Royal couple attacked in violent London protests

In shock: Britain’s Prince Charles and Camilla, Duchess of Cornwall, react as their car is attacked by angry protesters in London on Thursday. AP

The incident involving the royal limousine came as protesters roamed through the West End of London, smashing shop windows and setting rubbish bins alight on Oxford Street, the capital's main shopping centre.

The royal couple was being driven to a theatre performance when their black Rolls Royce was struck by objects and daubed in white paint. Windows were broken and the side doors were kicked in. Photographs showed the couple looking out, open-mouthed in shock.

"We can confirm that their Royal Highnesses' car was attacked by the protesters on the way to their engagement at the London Palladium this evening. Both their Royal Highnesses were unharmed," said a spokeswoman for Clarence House.

Charles and Camilla arrived safely at the theatre performance. Later, emerging from the theatre, Camilla, the Duchess of Cornwall, was overheard saying that she was "fine".
"There is a first time for everything," she said.

Cameron condemned the "shocking attack", adding that the attackers should face the "full force of the law."

The fierce clashes came after parliament approved a drastic rise in university tuition fees from 2012, an issue that has aroused deep student anger.

After the vote, demonstrators rampaged through the government centre of Whitehall, smashing red telephone booths and attacking government buildings with rocks, iron bars and metal barriers.

Police said 12 officers were injured, at least two seriously, and 43 protesters were hurt and taken to hospital. There were at least 20 arrests.

Paul Stephenson, the chief of London's Metropolitan police, said it had been a "disappointing day" for London as the police had tried to ensure that the protests would remain peaceful.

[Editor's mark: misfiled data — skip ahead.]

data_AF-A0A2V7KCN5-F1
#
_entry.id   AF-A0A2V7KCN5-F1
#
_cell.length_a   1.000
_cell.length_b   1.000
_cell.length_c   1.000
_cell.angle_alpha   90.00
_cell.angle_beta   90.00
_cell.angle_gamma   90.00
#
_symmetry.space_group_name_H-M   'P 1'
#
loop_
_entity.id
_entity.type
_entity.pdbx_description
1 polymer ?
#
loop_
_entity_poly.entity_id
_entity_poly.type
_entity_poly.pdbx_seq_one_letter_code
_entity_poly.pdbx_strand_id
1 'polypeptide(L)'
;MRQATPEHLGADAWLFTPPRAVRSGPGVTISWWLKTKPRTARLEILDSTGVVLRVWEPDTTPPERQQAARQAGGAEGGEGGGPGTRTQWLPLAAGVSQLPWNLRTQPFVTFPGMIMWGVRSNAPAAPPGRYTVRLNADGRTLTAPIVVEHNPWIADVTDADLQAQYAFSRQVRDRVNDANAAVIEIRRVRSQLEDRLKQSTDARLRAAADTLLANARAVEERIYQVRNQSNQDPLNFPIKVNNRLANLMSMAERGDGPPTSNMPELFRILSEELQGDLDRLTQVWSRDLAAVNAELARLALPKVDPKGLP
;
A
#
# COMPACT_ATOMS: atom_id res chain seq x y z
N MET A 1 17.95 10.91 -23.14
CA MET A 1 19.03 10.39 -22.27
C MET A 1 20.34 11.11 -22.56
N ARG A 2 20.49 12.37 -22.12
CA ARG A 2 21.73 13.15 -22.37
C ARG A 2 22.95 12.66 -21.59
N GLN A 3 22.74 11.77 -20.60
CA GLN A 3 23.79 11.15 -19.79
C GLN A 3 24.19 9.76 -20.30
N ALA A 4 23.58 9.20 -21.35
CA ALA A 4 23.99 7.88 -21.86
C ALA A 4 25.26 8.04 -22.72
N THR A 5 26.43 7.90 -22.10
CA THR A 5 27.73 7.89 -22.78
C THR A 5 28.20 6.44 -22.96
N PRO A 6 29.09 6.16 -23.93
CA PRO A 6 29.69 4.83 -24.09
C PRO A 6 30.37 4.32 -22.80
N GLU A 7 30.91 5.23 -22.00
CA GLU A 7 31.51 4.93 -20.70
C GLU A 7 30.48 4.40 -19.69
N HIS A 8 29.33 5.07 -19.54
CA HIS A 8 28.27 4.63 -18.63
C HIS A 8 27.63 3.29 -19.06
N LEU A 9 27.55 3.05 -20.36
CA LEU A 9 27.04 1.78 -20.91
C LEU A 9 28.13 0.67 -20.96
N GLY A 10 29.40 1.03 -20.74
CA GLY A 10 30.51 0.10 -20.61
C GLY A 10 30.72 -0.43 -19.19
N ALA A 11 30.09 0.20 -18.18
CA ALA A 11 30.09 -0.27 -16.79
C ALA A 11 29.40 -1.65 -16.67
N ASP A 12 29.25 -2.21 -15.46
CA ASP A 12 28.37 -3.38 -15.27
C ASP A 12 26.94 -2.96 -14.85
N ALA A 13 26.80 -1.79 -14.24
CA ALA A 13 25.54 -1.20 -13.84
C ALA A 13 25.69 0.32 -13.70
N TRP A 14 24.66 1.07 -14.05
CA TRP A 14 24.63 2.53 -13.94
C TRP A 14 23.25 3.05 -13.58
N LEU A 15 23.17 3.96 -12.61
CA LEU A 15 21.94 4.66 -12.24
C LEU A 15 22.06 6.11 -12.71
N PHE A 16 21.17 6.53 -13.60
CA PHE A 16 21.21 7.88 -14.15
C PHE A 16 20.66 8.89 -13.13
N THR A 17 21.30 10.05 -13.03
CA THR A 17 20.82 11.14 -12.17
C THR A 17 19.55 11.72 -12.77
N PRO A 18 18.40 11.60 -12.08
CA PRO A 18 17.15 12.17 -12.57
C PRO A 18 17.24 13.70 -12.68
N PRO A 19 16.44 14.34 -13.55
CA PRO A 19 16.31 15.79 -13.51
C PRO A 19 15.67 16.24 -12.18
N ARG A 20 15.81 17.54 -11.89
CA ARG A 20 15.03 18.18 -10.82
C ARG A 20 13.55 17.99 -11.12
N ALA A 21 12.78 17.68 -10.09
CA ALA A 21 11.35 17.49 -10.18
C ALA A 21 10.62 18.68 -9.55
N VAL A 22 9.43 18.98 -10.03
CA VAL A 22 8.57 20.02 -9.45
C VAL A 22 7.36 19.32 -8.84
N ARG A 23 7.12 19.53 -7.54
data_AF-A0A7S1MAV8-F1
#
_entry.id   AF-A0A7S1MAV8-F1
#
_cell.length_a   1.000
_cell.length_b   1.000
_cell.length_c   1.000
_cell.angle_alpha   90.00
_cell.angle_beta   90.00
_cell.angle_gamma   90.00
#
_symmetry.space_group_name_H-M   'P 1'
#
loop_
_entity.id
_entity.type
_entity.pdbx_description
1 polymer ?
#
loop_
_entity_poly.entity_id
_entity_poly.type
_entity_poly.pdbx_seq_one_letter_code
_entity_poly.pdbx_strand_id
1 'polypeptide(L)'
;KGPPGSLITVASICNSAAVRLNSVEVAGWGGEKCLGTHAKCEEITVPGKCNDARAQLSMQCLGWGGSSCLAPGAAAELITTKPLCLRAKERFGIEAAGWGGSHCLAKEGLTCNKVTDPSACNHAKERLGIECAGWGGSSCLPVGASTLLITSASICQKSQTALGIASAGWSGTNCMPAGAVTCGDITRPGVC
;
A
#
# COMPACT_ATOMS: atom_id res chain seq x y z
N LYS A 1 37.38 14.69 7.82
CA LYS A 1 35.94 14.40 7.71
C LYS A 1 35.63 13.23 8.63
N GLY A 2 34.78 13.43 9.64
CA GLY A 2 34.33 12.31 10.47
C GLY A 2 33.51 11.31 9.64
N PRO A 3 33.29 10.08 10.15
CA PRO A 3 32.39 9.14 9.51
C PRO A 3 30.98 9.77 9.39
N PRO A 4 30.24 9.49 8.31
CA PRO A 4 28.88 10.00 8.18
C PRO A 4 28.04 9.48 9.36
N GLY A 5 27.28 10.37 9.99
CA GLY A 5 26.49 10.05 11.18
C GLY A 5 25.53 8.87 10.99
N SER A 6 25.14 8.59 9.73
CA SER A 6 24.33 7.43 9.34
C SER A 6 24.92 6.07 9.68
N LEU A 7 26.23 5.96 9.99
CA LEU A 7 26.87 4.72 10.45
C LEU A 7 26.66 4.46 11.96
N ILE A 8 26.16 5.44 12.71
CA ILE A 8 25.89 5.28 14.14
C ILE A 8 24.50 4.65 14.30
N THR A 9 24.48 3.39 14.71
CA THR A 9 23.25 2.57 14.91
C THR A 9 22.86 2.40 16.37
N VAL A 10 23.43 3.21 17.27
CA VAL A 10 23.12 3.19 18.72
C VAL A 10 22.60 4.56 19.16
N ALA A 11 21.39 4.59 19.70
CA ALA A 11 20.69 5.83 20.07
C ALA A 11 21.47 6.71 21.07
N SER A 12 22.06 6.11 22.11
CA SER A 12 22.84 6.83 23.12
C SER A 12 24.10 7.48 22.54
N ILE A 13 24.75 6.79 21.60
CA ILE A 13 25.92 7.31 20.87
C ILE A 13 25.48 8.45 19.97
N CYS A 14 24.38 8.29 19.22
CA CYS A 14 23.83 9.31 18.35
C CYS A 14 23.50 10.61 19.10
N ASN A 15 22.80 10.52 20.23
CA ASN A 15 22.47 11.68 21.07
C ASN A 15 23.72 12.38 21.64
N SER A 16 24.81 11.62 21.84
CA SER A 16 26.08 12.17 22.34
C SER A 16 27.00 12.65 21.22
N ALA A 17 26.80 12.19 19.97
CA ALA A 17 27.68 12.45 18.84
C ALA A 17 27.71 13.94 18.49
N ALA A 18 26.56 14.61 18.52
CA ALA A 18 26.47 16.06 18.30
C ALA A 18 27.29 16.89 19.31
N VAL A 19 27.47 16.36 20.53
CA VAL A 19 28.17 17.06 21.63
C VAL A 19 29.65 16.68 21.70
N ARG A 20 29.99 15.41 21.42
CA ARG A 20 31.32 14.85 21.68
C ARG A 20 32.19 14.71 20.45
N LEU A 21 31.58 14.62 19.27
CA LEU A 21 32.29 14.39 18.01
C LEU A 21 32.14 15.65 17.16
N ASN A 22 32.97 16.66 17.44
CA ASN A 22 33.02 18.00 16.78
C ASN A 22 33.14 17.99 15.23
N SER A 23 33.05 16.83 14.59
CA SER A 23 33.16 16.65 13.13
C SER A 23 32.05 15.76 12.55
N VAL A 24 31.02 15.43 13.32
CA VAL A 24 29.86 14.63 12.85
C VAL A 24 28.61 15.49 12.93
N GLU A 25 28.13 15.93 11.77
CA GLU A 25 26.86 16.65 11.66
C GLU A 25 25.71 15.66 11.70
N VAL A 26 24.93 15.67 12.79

Protesters reported how they were attacked by police and hit in the face with batons.
Riot police moved in as some protesters attempted to smash their way into the Treasury building with iron bars.

"Cuts kill. Save the welfare state," said a slogan daubed on the walls of the Treasury building.

BBC correspondents reporting on the scene were ordered by police to wear protective helmets, as rocks from concrete road blocks and other missiles were hurled by protesters.

A peaceful demonstrator, dressed up as Father Christmas, was led away by police for his own protection. In Trafalgar Square, an attempt was made to set fire to a huge Christmas tree, BBC said.

The increase in annual fees from 3,290 pounds ($5,200) to a maximum of 9,000 pounds has become the first major parliamentary test for the Conservative-Liberal coalition.
The loans will be repayable after students earn at least 21,000 pounds.

The measures were passed by 323 against 302 votes, reducing the government majority of 84 to just 21. They are due to come in in 2012.

A number of Liberal Members of Parliament, and some Conservatives, abstained, or voted against the plan. Two Liberal parliamentarians and one Conservative resigned government positions in protest at the fee rise.

The government argues that the increase is needed to secure the sustainable long-term funding for British universities at a time of austerity and budget cuts.

But critics maintain that students from less well-off backgrounds will be deterred from going to university in future.

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